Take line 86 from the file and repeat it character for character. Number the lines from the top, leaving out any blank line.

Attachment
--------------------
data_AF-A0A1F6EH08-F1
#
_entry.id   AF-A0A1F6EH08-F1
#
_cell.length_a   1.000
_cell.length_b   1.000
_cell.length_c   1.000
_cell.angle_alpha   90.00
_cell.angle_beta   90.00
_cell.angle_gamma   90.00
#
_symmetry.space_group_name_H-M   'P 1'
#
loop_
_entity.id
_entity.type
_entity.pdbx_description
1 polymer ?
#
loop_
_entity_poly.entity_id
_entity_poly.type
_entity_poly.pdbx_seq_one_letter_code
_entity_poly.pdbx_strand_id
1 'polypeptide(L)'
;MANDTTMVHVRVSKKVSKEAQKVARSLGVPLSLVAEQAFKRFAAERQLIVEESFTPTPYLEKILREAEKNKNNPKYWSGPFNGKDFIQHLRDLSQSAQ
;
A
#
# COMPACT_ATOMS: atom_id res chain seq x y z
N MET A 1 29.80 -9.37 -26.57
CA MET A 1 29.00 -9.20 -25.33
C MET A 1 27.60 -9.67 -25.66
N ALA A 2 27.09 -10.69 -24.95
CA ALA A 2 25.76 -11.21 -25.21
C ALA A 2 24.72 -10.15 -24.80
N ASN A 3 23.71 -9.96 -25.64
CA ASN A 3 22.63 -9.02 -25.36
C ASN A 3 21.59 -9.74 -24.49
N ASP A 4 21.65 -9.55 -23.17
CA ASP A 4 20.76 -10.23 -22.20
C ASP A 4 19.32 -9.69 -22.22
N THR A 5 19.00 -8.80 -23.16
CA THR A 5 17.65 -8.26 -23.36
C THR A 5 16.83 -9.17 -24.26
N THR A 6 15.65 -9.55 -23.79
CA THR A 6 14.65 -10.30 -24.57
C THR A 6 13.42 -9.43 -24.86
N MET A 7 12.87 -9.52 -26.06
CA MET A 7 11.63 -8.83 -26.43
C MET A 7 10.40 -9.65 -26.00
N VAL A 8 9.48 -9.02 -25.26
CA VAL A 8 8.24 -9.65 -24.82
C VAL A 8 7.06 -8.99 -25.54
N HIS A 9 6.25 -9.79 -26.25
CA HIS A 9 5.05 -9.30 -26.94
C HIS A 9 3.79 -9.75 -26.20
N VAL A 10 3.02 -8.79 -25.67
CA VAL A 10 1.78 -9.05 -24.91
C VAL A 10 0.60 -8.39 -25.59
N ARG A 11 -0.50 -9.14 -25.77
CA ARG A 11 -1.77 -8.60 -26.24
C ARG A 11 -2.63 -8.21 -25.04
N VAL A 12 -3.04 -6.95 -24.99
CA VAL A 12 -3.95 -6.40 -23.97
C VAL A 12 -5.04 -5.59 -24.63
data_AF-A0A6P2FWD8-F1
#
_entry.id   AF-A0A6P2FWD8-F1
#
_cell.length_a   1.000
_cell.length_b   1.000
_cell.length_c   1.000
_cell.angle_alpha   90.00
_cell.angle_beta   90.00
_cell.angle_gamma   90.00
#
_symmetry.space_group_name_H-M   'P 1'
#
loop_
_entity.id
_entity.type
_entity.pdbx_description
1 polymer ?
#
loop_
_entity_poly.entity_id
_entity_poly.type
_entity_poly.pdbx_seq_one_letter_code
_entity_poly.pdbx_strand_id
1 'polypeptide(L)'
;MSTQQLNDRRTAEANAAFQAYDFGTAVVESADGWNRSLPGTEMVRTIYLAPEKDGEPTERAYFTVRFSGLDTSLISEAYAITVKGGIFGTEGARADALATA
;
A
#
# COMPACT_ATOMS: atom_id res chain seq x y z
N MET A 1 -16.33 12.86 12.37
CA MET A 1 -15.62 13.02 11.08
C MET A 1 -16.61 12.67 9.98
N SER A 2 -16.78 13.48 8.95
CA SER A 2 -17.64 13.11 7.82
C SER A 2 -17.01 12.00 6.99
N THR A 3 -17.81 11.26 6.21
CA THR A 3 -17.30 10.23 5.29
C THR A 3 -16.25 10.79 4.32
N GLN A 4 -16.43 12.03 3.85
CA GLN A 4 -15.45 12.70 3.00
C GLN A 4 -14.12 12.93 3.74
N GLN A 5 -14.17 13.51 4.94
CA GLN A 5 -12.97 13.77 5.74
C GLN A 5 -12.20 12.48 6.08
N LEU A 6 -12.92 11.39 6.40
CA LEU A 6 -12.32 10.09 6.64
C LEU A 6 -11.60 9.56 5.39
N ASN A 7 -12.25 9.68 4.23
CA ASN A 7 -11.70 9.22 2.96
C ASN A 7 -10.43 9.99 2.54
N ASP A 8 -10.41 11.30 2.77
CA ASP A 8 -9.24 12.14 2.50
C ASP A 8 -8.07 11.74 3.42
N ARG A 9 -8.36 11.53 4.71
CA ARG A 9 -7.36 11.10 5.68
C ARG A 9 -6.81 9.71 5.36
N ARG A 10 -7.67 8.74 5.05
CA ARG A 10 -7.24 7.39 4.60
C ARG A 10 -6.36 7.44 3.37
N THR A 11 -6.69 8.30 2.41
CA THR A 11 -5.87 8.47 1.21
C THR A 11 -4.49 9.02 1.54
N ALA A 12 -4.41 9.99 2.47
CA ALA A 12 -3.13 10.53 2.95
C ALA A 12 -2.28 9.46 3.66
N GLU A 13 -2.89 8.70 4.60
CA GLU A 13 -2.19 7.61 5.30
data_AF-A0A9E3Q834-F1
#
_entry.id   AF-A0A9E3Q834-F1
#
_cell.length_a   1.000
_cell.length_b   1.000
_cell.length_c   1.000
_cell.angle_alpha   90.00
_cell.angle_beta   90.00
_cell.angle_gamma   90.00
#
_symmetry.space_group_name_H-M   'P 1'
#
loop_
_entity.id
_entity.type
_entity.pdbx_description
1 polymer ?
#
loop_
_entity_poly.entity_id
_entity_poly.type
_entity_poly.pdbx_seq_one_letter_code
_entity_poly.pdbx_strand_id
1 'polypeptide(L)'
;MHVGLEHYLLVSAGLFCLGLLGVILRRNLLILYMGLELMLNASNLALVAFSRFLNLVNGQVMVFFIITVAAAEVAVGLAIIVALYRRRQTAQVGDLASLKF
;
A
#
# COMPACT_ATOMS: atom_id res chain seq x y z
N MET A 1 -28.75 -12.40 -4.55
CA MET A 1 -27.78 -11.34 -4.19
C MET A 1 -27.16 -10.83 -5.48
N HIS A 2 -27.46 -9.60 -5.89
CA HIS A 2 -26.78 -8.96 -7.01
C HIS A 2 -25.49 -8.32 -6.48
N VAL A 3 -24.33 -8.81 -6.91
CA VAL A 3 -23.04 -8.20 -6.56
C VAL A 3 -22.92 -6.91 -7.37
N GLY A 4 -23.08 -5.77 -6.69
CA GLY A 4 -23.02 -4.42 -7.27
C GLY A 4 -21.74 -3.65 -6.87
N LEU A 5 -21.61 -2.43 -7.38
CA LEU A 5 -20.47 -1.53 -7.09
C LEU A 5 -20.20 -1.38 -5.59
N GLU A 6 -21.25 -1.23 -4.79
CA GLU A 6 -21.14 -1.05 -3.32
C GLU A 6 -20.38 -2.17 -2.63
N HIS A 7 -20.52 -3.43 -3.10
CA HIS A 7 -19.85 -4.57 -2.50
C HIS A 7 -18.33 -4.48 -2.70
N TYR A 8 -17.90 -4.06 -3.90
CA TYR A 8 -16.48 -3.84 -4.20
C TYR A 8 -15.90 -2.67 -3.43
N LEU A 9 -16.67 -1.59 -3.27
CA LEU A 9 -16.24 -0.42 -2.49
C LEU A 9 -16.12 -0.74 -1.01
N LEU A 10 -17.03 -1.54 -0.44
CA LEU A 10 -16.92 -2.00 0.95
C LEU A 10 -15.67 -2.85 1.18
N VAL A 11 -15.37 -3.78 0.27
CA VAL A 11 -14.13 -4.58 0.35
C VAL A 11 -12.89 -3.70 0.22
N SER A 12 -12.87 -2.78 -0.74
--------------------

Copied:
loop_